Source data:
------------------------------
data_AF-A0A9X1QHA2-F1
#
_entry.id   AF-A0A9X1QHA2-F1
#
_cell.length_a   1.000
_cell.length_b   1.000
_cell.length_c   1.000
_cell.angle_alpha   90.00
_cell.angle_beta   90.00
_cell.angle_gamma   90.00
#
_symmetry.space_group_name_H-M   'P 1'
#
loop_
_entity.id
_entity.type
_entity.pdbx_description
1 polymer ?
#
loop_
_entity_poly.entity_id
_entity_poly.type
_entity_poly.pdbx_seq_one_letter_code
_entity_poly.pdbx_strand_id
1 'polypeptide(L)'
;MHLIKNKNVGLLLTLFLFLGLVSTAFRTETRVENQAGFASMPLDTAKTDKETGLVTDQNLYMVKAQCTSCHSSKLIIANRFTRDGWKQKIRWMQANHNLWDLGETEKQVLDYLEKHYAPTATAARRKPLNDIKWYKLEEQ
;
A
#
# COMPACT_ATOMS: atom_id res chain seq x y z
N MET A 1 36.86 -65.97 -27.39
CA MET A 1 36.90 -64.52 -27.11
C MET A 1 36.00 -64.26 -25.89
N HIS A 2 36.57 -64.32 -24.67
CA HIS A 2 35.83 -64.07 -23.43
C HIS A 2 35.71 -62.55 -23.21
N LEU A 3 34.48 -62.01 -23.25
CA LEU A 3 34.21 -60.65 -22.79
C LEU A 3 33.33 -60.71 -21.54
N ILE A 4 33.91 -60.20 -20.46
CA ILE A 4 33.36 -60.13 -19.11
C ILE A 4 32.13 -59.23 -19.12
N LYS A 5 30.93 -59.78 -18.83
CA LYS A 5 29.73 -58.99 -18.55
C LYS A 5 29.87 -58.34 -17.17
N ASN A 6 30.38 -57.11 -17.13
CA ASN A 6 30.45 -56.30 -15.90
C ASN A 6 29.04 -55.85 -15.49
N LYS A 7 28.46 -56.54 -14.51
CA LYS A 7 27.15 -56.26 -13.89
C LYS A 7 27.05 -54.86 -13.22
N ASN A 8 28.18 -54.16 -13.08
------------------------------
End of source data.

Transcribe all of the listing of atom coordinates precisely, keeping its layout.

data_AF-A0A9X1QHA2-F1
#
_entry.id   AF-A0A9X1QHA2-F1
#
_cell.length_a   1.000
_cell.length_b   1.000
_cell.length_c   1.000
_cell.angle_alpha   90.00
_cell.angle_beta   90.00
_cell.angle_gamma   90.00
#
_symmetry.space_group_name_H-M   'P 1'
#
loop_
_entity.id
_entity.type
_entity.pdbx_description
1 polymer ?
#
loop_
_entity_poly.entity_id
_entity_poly.type
_entity_poly.pdbx_seq_one_letter_code
_entity_poly.pdbx_strand_id
1 'polypeptide(L)'
;MHLIKNKNVGLLLTLFLFLGLVSTAFRTETRVENQAGFASMPLDTAKTDKETGLVTDQNLYMVKAQCTSCHSSKLIIANRFTRDGWKQKIRWMQANHNLWDLGETEKQVLDYLEKHYAPTATAARRKPLNDIKWYKLEEQ
;
A
#
# COMPACT_ATOMS: atom_id res chain seq x y z
N MET A 1 36.86 -65.97 -27.39
CA MET A 1 36.90 -64.52 -27.11
C MET A 1 36.00 -64.26 -25.89
N HIS A 2 36.57 -64.32 -24.67
CA HIS A 2 35.83 -64.07 -23.43
C HIS A 2 35.71 -62.55 -23.21
N LEU A 3 34.48 -62.01 -23.25
CA LEU A 3 34.21 -60.65 -22.79
C LEU A 3 33.33 -60.71 -21.54
N ILE A 4 33.91 -60.20 -20.46
CA ILE A 4 33.36 -60.13 -19.11
C ILE A 4 32.13 -59.23 -19.12
N LYS A 5 30.93 -59.78 -18.83
CA LYS A 5 29.73 -58.99 -18.55
C LYS A 5 29.87 -58.34 -17.17
N ASN A 6 30.38 -57.11 -17.13
CA ASN A 6 30.45 -56.30 -15.90
C ASN A 6 29.04 -55.85 -15.49
N LYS A 7 28.46 -56.54 -14.51
CA LYS A 7 27.15 -56.26 -13.89
C LYS A 7 27.05 -54.86 -13.22
N ASN A 8 28.18 -54.16 -13.08